Florida voters are overwhelmingly against charging college tuition based on what people study, skeptical that degrees can be offered for $10,000 and strongly against setting different educational goals based on race, a new poll has found.
The poll by Quinnipiac University and released Thursday also found that Florida voters may be starting to change their minds on same-sex marriage, and are less enthusiastic about marijuana legalization than people in other parts of the country.
Gov. Rick Scott continues to suffer from poor approval ratings despite an improving economy and lowering unemployment, and a majority of voters say they wouldn’t vote to re-elect him, a new poll shows. The poll found, among other things, that many voters are crediting the Obama administration with an improving economy, rather than Scott.
In a separate Quinnipiac University poll released Wednesday, Florida voters disapprove by 45-36 percent of the job Scott is doing, and 52 percent said he doesn’t deserve a second term, compared to just 30 percent who told pollsters Scott should be re-elected.
The bulk of the poll released today (Dec. 20) dealt with educational issues that are at least suggested as being in play in Florida – while there currently isn’t a strong move on gay marriage or marijuana at the moment.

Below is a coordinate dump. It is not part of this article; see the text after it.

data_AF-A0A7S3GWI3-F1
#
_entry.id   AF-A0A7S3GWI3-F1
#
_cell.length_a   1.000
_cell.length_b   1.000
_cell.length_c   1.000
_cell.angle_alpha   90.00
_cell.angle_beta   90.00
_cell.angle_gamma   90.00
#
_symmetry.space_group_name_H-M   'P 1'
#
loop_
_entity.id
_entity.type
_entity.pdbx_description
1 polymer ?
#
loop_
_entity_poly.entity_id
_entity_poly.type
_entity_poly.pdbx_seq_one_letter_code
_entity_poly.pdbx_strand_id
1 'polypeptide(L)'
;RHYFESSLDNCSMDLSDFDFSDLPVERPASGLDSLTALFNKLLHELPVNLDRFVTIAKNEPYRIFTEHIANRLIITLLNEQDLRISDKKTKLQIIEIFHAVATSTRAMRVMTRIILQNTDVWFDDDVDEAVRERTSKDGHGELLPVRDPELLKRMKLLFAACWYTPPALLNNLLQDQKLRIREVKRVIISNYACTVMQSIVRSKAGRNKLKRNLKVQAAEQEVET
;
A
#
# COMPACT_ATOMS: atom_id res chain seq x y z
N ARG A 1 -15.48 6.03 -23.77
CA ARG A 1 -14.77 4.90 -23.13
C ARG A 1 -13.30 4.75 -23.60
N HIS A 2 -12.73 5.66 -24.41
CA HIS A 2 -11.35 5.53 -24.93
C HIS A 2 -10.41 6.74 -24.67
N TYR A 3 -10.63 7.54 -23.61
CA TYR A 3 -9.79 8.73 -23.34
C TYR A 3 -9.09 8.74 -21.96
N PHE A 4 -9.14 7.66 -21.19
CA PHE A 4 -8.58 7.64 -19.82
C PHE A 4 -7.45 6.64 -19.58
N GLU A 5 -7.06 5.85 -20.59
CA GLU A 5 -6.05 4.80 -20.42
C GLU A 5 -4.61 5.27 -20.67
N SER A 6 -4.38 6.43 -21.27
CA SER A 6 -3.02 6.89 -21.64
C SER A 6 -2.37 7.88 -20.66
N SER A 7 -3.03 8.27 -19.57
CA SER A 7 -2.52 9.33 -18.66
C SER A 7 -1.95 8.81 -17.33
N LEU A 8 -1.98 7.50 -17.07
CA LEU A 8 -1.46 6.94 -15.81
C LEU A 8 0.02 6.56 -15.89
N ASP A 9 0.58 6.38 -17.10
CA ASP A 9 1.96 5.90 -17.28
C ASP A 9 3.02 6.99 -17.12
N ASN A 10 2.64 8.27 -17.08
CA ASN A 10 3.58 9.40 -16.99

The poll asked voters about a recent state Board of Education “strategic plan” proposal that drew criticism. The plan set out interim goals for achievement for students, but set lower goals for African-American students in an effort to acknowledge that many of them start farther behind their white counterparts. Critics jumped on the plan – which Gov. Rick Scott also criticized – saying that it sent the message that minorities couldn’t achieve as well as whites.
Florida voters said by a 71 to 7 percent margin that there shouldn’t be differing goals for students.
Registered voters also strongly opposed, by a 66 – 26 percent margin, charging lower tuition to college students who major in high tech, math and science subjects in an effort to boost the workforce in those areas. Voters also were strongly against , by 73-16 percent, allowing some public universities to charge higher tuition than others.
Those polled also are skeptical of Scott’s challenge to the state’s colleges to offer some four-year degrees for $10,000. Only 29 percent think it is very likely or somewhat likely to occur, though several colleges have said they are willing to try.